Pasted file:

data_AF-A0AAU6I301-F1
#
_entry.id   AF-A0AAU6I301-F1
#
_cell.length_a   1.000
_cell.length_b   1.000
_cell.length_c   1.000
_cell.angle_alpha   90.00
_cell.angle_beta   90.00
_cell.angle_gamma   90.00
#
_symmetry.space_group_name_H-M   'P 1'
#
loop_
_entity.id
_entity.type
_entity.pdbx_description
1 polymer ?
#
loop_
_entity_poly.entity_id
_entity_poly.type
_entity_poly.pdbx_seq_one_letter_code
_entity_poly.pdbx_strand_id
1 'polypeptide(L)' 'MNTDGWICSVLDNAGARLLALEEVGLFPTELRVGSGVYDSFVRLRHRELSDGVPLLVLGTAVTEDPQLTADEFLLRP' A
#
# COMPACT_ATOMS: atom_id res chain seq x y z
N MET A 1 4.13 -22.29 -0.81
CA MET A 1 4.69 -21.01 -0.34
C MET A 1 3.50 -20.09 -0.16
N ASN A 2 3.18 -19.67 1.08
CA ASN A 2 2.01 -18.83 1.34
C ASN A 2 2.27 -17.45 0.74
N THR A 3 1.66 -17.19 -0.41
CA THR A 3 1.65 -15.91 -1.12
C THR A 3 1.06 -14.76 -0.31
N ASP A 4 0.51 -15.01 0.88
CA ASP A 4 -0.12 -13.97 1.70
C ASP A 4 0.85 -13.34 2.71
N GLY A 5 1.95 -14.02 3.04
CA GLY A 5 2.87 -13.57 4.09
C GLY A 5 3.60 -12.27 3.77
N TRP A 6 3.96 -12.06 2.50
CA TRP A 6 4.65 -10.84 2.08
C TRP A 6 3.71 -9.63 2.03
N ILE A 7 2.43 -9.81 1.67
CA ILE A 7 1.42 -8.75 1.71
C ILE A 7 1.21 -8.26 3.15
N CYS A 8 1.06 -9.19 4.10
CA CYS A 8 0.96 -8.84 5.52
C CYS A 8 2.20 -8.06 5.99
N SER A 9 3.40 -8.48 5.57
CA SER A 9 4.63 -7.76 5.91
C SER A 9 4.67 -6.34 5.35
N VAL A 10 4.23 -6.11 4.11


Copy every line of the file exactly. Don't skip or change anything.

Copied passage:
data_AF-A0AAU6I301-F1
#
_entry.id   AF-A0AAU6I301-F1
#
_cell.length_a   1.000
_cell.length_b   1.000
_cell.length_c   1.000
_cell.angle_alpha   90.00
_cell.angle_beta   90.00
_cell.angle_gamma   90.00
#
_symmetry.space_group_name_H-M   'P 1'
#
loop_
_entity.id
_entity.type
_entity.pdbx_description
1 polymer ?
#
loop_
_entity_poly.entity_id
_entity_poly.type
_entity_poly.pdbx_seq_one_letter_code
_entity_poly.pdbx_strand_id
1 'polypeptide(L)' 'MNTDGWICSVLDNAGARLLALEEVGLFPTELRVGSGVYDSFVRLRHRELSDGVPLLVLGTAVTEDPQLTADEFLLRP' A
#
# COMPACT_ATOMS: atom_id res chain seq x y z
N MET A 1 4.13 -22.29 -0.81
CA MET A 1 4.69 -21.01 -0.34
C MET A 1 3.50 -20.09 -0.16
N ASN A 2 3.18 -19.67 1.08
CA ASN A 2 2.01 -18.83 1.34
C ASN A 2 2.27 -17.45 0.74
N THR A 3 1.66 -17.19 -0.41
CA THR A 3 1.65 -15.91 -1.12
C THR A 3 1.06 -14.76 -0.31
N ASP A 4 0.51 -15.01 0.88
CA ASP A 4 -0.12 -13.97 1.70
C ASP A 4 0.85 -13.34 2.71
N GLY A 5 1.95 -14.02 3.04
CA GLY A 5 2.87 -13.57 4.09
C GLY A 5 3.60 -12.27 3.77
N TRP A 6 3.96 -12.06 2.50
CA TRP A 6 4.65 -10.84 2.08
C TRP A 6 3.71 -9.63 2.03
N ILE A 7 2.43 -9.81 1.67
CA ILE A 7 1.42 -8.75 1.71
C ILE A 7 1.21 -8.26 3.15
N CYS A 8 1.06 -9.19 4.10
CA CYS A 8 0.96 -8.84 5.52
C CYS A 8 2.20 -8.06 5.99
N SER A 9 3.40 -8.48 5.57
CA SER A 9 4.63 -7.76 5.91
C SER A 9 4.67 -6.34 5.35
N VAL A 10 4.23 -6.11 4.11